[Illustration: Ornamental plaster was used in A few buildings for enhancing the beauty of both the interior and exterior.]
[Illustration: The interior of A small Jamestown house, about 1650. Although the painting is conjectural, many items Shown—pottery, glassware, fireplace tools, and kitchen accessories—were unearthed on this historic island. (Painting by Sidney E. King.)]
Plaster and mortar have been found at Jamestown in abundance. It appears that the majority of brick houses and many frame structures had plastered walls and ceilings after 1635. Some plaster found had been whitewashed, while other plaster bore its natural whitish-gray color. Mortar was found wherever brick foundations were located. The plaster and mortar used at Jamestown was made from oystershell lime, sand, and clay.
Ornamental plaster was found in a few of the excavations. The plasterwork was done in raised ornamental designs used for enhancing the beauty of both the interior and exterior of a building. Designs that have been found include Roman numerals, letters, mottos, crests, veined leaves, rosettes, flowers, geometric designs, a lion, and a face or mask. Many fragments of molded plaster cornices have also been excavated. Broken oyster shells are distinguishable in the decorated plasterwork, indicating that the pargeting was done at Jamestown.
Busy conquering a stubborn wilderness, the first Jamestown settlers had only a few things to make their houses cosy and cheerful. In most cases, their worldly goods consisted of a few cooking utensils, a change of clothing, a weapon or two, and a few pieces of homemade furniture. However, between 1607 and 1612, George Percy was generously outfitted with some necessities as well as much fine apparel and numerous luxury items (including a feather bed) by his brother the Ninth Earl of Northumberland, as published records of the Earl’s expenditures for George show. Other persons of gentle birth and position quite probably enjoyed similar goods.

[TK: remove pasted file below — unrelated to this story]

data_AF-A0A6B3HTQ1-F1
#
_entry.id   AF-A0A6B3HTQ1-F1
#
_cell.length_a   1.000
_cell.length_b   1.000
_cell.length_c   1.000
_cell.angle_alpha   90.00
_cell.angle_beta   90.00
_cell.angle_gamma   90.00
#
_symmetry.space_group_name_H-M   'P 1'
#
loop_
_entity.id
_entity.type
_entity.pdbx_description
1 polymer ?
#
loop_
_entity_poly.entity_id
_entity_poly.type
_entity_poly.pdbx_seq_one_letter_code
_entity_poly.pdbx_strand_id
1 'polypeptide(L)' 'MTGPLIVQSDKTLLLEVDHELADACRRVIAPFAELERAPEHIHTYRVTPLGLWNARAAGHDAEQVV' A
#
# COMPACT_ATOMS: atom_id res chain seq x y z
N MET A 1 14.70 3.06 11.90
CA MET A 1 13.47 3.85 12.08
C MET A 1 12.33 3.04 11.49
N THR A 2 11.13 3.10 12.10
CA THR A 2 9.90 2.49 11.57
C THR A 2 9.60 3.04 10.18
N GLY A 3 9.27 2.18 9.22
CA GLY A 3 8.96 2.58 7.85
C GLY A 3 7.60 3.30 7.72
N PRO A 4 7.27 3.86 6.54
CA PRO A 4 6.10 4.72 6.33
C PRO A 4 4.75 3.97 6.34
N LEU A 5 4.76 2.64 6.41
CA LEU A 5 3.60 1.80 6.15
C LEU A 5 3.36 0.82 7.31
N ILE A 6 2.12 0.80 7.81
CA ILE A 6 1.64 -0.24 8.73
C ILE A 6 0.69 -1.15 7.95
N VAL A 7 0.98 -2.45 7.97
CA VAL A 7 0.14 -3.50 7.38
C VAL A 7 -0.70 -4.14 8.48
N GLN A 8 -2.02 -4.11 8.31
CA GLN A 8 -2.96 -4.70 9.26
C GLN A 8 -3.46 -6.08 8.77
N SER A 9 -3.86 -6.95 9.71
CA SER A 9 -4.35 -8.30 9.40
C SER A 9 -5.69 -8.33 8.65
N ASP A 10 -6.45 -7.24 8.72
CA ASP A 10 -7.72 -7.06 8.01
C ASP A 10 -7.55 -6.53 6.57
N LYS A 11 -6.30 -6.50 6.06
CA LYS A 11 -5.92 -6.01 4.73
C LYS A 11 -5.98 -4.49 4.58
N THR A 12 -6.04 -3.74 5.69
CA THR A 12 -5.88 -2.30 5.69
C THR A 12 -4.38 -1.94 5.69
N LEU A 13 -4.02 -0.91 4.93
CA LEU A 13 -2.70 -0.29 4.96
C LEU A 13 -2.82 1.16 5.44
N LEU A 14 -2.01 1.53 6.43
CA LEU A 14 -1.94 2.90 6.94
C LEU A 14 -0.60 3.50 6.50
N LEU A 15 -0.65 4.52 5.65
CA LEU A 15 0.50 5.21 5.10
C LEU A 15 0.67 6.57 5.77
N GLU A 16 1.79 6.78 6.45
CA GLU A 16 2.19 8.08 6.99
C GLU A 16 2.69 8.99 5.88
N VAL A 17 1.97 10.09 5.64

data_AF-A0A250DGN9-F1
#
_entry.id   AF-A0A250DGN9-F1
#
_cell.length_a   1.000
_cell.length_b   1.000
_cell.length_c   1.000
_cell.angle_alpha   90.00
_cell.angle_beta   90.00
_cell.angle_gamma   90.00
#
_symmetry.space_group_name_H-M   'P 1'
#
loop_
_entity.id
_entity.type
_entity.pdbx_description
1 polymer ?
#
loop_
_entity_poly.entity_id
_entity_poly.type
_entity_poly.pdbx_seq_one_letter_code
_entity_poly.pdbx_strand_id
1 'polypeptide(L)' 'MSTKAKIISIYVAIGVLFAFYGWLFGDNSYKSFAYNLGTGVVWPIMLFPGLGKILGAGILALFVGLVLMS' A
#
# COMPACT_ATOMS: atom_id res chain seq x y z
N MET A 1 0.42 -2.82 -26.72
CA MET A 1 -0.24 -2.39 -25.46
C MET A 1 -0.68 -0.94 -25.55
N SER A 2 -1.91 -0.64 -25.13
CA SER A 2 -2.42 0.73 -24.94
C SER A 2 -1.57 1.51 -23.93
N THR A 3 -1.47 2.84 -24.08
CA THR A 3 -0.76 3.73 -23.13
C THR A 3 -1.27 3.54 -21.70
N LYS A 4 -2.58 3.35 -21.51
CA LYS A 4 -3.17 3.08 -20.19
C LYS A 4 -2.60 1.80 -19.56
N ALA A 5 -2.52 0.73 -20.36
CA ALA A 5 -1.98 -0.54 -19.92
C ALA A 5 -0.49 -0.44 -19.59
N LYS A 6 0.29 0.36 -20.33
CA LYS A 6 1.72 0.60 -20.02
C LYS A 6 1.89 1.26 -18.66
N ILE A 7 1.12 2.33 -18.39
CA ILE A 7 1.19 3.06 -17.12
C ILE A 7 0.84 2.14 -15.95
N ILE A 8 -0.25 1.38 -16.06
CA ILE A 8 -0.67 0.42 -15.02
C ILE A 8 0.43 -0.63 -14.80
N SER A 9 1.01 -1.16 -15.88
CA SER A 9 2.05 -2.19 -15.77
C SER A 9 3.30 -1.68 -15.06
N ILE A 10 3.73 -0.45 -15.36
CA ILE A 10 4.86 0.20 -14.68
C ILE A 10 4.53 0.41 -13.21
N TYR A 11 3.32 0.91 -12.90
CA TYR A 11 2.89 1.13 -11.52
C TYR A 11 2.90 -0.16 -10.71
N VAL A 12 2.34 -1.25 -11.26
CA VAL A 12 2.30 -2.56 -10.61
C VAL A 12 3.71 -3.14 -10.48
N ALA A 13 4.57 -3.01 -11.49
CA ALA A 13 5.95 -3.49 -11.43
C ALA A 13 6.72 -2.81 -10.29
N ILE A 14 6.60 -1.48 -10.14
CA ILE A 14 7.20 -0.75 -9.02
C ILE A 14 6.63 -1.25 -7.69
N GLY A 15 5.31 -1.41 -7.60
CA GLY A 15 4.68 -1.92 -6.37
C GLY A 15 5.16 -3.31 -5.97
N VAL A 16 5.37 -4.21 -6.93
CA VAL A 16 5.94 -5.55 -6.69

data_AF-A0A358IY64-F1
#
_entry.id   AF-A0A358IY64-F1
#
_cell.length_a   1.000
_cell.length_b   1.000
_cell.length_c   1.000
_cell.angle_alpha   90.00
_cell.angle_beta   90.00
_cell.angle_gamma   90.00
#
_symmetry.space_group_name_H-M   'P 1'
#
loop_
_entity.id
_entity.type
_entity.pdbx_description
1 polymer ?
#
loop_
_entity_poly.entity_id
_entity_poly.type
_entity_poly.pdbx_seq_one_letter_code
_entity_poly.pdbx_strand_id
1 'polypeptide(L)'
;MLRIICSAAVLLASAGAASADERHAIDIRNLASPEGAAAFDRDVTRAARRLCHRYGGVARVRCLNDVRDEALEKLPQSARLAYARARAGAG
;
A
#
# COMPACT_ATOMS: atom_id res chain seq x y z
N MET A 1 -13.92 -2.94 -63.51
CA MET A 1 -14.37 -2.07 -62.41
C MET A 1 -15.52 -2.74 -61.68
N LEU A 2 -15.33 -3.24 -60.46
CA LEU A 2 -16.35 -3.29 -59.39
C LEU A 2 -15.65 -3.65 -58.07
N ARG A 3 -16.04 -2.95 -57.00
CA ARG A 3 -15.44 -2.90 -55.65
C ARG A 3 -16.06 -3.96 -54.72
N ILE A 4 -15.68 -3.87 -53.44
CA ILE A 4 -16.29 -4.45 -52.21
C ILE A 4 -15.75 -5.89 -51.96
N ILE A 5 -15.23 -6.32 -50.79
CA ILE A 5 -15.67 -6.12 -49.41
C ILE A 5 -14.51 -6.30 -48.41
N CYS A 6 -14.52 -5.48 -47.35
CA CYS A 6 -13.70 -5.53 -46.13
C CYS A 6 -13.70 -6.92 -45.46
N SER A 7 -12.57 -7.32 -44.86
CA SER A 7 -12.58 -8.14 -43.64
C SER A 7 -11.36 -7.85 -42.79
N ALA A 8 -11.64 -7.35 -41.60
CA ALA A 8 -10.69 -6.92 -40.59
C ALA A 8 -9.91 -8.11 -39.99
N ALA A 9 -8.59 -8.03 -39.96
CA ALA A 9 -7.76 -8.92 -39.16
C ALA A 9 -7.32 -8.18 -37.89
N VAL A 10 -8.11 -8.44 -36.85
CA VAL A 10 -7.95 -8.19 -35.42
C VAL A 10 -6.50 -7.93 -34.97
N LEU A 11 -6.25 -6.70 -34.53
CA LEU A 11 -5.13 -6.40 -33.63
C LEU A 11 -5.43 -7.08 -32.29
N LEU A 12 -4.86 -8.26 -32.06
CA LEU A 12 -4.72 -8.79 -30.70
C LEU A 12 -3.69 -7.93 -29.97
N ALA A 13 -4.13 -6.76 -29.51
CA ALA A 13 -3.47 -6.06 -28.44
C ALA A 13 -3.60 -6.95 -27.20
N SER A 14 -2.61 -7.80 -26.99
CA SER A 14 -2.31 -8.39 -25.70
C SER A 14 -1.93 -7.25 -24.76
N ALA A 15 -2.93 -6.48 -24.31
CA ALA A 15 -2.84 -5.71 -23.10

After the early years of hardship had passed, the colonists began to acquire possessions for a more pleasant living; and by 1650 the better houses were equipped with most of the necessities of life of those times, as well as a few luxuries of comfortable living.
Very little furniture was brought over from England during the early years of the colony. Perhaps a few chests and Bible boxes were imported, but most of the large pieces of furniture, such as tables, chairs, bedsteads, chests-of-drawers, cupboards, benches, and cradles would have been made in Virginia. Woods commonly used included pine, cedar, walnut, maple, and oak.